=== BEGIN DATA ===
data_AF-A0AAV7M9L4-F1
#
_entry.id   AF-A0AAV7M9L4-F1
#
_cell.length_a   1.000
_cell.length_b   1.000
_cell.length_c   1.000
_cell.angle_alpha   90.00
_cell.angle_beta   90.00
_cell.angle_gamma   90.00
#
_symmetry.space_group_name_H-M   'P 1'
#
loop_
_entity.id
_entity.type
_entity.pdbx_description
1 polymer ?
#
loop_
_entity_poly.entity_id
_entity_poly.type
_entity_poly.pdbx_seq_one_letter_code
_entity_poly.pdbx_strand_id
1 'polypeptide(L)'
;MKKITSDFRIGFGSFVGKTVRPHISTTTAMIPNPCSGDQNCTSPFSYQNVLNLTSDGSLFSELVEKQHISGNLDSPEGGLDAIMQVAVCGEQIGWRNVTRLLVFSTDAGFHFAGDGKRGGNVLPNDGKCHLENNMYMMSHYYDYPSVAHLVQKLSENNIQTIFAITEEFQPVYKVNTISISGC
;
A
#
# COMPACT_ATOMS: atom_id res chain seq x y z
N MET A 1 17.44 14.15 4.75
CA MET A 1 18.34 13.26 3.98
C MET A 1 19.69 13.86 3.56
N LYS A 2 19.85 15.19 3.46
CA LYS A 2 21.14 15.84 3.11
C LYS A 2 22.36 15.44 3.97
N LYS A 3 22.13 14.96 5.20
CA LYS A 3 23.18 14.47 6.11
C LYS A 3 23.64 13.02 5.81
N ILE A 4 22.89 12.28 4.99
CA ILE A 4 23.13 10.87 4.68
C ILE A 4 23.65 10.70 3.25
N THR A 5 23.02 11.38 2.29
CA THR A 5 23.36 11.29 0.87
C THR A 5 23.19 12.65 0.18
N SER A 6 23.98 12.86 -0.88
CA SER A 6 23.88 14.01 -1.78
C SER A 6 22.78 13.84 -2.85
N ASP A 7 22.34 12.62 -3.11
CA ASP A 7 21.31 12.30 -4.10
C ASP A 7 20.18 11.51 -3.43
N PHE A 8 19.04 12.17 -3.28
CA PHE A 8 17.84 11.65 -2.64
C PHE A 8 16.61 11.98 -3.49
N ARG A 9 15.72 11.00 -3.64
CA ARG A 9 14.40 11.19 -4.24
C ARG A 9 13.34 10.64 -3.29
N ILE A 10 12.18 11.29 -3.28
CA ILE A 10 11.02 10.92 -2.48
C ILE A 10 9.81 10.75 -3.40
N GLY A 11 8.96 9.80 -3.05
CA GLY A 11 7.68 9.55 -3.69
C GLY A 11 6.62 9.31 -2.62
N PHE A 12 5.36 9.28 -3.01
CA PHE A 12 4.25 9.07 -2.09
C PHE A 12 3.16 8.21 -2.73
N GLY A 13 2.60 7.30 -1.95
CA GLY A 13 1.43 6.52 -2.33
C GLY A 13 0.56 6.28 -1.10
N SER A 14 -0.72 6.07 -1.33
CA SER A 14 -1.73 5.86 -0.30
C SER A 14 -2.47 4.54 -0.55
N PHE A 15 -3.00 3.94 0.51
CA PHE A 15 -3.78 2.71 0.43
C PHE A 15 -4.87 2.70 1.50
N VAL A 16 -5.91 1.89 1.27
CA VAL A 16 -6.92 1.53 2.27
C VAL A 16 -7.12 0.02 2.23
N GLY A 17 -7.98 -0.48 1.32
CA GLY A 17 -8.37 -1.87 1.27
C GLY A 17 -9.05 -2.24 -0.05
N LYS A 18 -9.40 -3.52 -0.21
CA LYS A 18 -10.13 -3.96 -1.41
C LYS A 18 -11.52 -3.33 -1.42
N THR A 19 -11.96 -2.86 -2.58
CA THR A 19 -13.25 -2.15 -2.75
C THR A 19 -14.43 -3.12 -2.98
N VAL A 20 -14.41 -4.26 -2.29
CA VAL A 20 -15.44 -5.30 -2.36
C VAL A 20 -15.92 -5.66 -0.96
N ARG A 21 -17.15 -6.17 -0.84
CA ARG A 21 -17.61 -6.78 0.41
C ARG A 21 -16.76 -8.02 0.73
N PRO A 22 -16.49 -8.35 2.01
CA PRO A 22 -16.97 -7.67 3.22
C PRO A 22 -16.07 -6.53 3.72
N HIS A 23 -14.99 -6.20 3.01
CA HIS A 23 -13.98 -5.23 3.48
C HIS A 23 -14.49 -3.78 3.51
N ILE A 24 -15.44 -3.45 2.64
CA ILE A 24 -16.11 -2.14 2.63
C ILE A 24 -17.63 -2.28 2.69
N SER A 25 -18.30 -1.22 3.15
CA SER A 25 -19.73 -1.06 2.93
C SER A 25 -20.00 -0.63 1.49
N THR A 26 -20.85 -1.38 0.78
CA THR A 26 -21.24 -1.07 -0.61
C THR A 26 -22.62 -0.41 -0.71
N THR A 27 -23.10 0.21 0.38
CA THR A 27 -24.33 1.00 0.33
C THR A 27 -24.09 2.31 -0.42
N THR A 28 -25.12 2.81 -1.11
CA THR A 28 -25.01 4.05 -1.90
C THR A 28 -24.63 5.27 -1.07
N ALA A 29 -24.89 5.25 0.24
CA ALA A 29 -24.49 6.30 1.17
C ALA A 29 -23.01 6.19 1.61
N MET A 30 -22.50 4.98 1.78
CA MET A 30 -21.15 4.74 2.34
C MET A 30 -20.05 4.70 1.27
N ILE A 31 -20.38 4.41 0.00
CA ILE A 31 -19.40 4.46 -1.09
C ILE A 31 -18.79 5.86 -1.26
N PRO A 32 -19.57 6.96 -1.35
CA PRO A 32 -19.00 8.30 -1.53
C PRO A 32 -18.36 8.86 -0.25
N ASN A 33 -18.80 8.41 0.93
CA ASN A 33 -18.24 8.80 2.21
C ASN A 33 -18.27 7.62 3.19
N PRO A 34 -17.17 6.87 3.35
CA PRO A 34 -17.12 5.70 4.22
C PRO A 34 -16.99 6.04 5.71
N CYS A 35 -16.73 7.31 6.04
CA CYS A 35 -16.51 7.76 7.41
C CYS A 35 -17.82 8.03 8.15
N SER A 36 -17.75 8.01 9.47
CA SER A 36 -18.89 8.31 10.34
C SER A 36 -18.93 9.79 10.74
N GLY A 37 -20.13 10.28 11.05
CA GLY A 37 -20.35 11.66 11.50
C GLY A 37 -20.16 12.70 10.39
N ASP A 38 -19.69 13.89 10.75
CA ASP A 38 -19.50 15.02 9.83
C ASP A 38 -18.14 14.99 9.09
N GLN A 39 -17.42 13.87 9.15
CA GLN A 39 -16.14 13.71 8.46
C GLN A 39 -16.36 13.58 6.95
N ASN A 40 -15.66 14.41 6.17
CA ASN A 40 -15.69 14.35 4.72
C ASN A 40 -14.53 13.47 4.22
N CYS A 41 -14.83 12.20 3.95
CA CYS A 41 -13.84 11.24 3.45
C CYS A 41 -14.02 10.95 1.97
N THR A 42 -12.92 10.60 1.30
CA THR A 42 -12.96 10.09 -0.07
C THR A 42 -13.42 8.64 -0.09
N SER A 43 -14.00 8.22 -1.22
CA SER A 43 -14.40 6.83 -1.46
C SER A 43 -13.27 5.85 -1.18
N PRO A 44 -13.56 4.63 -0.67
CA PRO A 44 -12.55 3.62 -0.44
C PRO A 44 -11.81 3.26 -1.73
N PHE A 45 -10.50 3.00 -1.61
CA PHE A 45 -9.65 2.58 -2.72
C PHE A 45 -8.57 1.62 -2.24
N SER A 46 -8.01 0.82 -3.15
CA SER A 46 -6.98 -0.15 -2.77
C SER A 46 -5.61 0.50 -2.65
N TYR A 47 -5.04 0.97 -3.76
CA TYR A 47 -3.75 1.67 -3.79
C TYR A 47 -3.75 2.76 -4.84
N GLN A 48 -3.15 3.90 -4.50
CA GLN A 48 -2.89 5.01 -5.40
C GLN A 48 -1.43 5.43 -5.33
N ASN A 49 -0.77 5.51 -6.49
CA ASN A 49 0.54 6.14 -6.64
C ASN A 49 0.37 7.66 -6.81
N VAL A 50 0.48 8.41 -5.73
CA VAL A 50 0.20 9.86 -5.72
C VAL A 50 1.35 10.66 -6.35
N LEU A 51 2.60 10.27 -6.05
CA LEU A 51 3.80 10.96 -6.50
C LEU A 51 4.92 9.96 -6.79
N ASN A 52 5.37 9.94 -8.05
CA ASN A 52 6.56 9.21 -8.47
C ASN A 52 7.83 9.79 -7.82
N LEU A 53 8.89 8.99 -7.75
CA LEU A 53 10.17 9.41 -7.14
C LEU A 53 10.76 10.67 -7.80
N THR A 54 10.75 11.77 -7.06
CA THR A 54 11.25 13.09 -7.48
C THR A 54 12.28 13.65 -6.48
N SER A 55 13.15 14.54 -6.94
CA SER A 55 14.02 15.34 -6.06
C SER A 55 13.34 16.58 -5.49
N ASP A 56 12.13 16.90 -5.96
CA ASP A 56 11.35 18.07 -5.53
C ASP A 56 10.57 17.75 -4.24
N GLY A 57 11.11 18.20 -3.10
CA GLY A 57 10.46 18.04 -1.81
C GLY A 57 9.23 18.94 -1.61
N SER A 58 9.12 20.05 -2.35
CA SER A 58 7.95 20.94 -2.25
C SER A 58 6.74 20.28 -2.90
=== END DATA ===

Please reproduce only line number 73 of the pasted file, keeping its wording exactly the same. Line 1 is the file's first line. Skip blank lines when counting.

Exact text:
N PHE A 15 -3.00 3.94 0.51